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Volume 15, Issue 4 (October 2021)                   IJT 2021, 15(4): 271-278 | Back to browse issues page

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Rostamian S, Keshavarz Hedayati S, Khosraviani S, Aali E, Naderi Y. Anticonvulsive and Antioxidant Effects of Pioglitazone on Pilocarpine-induced Seizures in Mice. IJT 2021; 15 (4) :271-278
URL: http://ijt.arakmu.ac.ir/article-1-990-en.html
1- Student Research Committee, Faculty of Medicine, Qazvin University of Medical Sciences, Qazvin, Iran.
2- Department of Pharmacology, Faculty of Medicine, Qazvin University of Medical Sciences, Qazvin, Iran.
3- Department of Pharmacology, Faculty of Medicine, Qazvin University of Medical Sciences, Qazvin, Iran. , y.naderi@qums.ac.ir
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Epilepsy is a chronic disorder of the Central Nervous System (CNS) that is associated with relapsing seizures [1]. The severity of the seizures varies from mild episodes of involuntary movements, affecting a limited part of the body, to generalized seizures that affect all of the body [1, 2]. The prevalence of epilepsy is 40-70 per 100000 persons in developed countries and 100-190 per 100000 persons in developing nations [3]. At the turn of 19th century, pharmacologic treatment of epilepsy became popular, when phenobarbital was discovered by Alfred Hartmann in 1912. Numerous antiepileptic drugs were discovered over the following decades, including carbamazepine, valproate and phenytoin [4]. Over 60% of people with epilepsy need anticonvulant medications [5]. These drugs have side effects, such as drowsiness, ataxia and cognitive disorders [6, 7]. Despite using the current medications, 30% of the patients still suffer from seizures [8]. Therefore, there is a need for the development of new anticonvulsant medications with low side effects and high efficacy [5, 6]. Clinical trials have shown that adding antioxidants, such as melatonin, to antiepileptic drugs reduces neurological disorders caused by epilepsy [9]. Ketogenic diets reduce mitochondrial Reactive oxygen species (ROS) and reactive nitrogen species (RNS) due to alteration in energy sources, such as using fat-derived ketone bodies [10]. 
Seizure is an abnormal electrical discharge of action potentials from the CNS neurons that presents as pathologic episodes of electrical activity in the brain. The most prevalent neurological disorders associated with epilepsy are migraine, stroke, Alzheimer’s disease, and seizure [11, 12]. Studies have shown that seizure damages the neurons by producing free radicals and promoting oxidative stress [13, 14]. Status epilepticus may cause mitochondrial respiratory chain dysfunction and result in energy failure. The consequences can heighten the severity of oxidative stress and cause neuronal death in the hippocampus [15]. Therefore, administration of antioxidant agents may reduce the risk of injuries in the brain caused by seizures [16]. One way to induce seizure in rodents is using high doses of Pilocarpine [17], which damages the gamma-aminobutyric acid (GABA)-ergic neurons in the hippocampus via developing oxidative stress and eventually inducing status epilepticus [18-21].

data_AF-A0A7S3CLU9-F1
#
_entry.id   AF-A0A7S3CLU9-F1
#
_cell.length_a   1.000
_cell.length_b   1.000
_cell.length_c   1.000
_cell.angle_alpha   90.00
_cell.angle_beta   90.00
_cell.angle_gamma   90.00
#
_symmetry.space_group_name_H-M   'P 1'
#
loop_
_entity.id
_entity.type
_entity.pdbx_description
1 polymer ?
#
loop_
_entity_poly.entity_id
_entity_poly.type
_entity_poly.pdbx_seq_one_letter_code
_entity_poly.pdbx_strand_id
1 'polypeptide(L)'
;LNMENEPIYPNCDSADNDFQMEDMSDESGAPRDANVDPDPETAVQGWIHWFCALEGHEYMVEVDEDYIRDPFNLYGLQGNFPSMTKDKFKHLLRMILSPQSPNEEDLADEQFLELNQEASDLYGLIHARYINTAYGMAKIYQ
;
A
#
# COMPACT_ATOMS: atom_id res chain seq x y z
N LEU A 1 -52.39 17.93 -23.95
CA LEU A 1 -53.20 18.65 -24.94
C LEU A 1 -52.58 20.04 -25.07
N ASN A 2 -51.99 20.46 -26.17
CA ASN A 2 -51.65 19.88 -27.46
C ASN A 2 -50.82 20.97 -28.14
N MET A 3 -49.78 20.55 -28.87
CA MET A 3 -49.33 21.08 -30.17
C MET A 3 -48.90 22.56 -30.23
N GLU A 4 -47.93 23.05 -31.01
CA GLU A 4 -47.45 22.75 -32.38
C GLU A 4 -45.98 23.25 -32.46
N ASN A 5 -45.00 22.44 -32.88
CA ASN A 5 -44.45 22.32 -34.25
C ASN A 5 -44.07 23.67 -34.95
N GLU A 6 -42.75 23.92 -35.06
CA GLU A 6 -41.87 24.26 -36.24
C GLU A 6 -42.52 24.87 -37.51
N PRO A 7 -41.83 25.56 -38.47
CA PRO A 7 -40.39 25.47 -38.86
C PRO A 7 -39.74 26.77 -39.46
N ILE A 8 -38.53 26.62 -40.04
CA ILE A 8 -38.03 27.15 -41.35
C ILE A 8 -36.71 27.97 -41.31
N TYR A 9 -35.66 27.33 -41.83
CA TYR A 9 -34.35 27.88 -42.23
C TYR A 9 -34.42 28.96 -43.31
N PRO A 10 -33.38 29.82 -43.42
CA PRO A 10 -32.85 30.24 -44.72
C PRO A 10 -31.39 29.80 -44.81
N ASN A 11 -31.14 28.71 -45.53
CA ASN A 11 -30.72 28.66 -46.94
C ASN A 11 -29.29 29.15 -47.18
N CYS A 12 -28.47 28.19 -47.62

Pioglitazone, a PPAR-γ nuclear receptor agonist, increases the sensitivity of insulin receptors and is being used in type-2 diabetes [22]. Studies have shown that pioglitazone has antioxidant effects and protects neurons from the injuries of oxidative stress [19, 23]. Pioglitazone, due to its radical scavenging property, potentiates antioxidant defence system [24]. Therefore, in the current study, we assessed the antioxidant and anticonvulsant effects of pioglitazone on pilocarpine-induced seizures in mice.

Material and Methods 
Animals: Twenty-eight mature male mice, 4-6 weeks old, were obtained from Qazvin University of Medical Sciences’ animal housing, weighing 20±2 grams. The mice had free access to food and water during all stages of the study. They were kept in separate cages under 12 hours of light/dark cycle at 22-24ºC room temperature. This study was approved by the Research Ethics Committee of Qazvin University of Medical Sciences (Ethics Code: IR.QUMS.REC.1398.004). Also, this study was conducted in accordance with the international, national, and institutional protocols and guidelines for conducting experiments on animals [25].
Medication preparation: Pioglitazone hydrochloride (E6910), ketamine hydrochloride (K113), xylazine hydrochloride (X1251) and pilocarpine hydrochloride (P6503) were purchased from Sigma Aldrich (St. Louise, USA). In this study, pioglitazone (80 mg/kg) was suspended in carboxymethyl cellulos (CMC) 0.1% (w/v) and administered to the animals orally [26]. A single dose of pilocarpine (400 mg/kg) was injected Intraperitoneally (IP) to induce seizure [27]. Also, the animals were anesthetized with Ketamine or Xylazine IP, at a dose of 100 or 10 mg/kg, respectively. 
Study groups: The animals were divided into four groups of seven mice each as outlined below: 
Control group: Normal Saline (vehicle for pilocarpine) was injected IP, four hours after the oral administration of CMC 0.1% (pioglitazone vehicle). 
Pioglitazone group: Normal Saline (vehicle for pilocarpine) was injected IP, four hours after the oral administration of pioglitazone (80 mg/kg).
Pilocarpine group: Pilocarpine was injected IP at 400 mg/kg, four hours after the oral administration of CMC 0.1%.
Treatment group: Pilocarpine was injected IP at 400 mg/kg four hours after the oral administration of pioglitazone (80 mg/kg, PO).